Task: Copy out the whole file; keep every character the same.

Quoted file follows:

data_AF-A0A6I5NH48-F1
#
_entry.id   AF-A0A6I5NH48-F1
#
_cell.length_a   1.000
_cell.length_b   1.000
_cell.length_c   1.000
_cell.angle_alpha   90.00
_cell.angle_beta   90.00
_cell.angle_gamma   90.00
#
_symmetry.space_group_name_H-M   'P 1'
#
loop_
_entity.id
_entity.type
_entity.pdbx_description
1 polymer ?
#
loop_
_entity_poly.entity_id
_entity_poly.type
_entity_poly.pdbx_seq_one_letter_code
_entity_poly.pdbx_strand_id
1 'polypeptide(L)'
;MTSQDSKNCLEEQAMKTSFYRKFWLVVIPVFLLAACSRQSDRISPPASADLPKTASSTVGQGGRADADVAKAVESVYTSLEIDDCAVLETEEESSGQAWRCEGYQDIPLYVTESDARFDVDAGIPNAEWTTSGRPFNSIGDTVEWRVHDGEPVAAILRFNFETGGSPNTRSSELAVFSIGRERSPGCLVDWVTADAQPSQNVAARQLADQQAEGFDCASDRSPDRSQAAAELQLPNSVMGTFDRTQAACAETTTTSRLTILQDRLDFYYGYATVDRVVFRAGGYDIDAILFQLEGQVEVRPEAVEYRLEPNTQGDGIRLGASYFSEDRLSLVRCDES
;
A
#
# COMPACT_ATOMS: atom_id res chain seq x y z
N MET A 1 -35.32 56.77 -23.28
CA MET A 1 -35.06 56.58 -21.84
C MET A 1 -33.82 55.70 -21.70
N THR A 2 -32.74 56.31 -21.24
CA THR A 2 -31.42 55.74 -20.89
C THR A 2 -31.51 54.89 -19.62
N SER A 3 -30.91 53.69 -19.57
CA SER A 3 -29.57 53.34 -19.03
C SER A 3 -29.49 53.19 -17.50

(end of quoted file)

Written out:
data_AF-A0A6I5NH48-F1
#
_entry.id   AF-A0A6I5NH48-F1
#
_cell.length_a   1.000
_cell.length_b   1.000
_cell.length_c   1.000
_cell.angle_alpha   90.00
_cell.angle_beta   90.00
_cell.angle_gamma   90.00
#
_symmetry.space_group_name_H-M   'P 1'
#
loop_
_entity.id
_entity.type
_entity.pdbx_description
1 polymer ?
#
loop_
_entity_poly.entity_id
_entity_poly.type
_entity_poly.pdbx_seq_one_letter_code
_entity_poly.pdbx_strand_id
1 'polypeptide(L)'
;MTSQDSKNCLEEQAMKTSFYRKFWLVVIPVFLLAACSRQSDRISPPASADLPKTASSTVGQGGRADADVAKAVESVYTSLEIDDCAVLETEEESSGQAWRCEGYQDIPLYVTESDARFDVDAGIPNAEWTTSGRPFNSIGDTVEWRVHDGEPVAAILRFNFETGGSPNTRSSELAVFSIGRERSPGCLVDWVTADAQPSQNVAARQLADQQAEGFDCASDRSPDRSQAAAELQLPNSVMGTFDRTQAACAETTTTSRLTILQDRLDFYYGYATVDRVVFRAGGYDIDAILFQLEGQVEVRPEAVEYRLEPNTQGDGIRLGASYFSEDRLSLVRCDES
;
A
#
# COMPACT_ATOMS: atom_id res chain seq x y z
N MET A 1 -35.32 56.77 -23.28
CA MET A 1 -35.06 56.58 -21.84
C MET A 1 -33.82 55.70 -21.70
N THR A 2 -32.74 56.31 -21.24
CA THR A 2 -31.42 55.74 -20.89
C THR A 2 -31.51 54.89 -19.62
N SER A 3 -30.91 53.69 -19.57
CA SER A 3 -29.57 53.34 -19.03
C SER A 3 -29.49 53.19 -17.50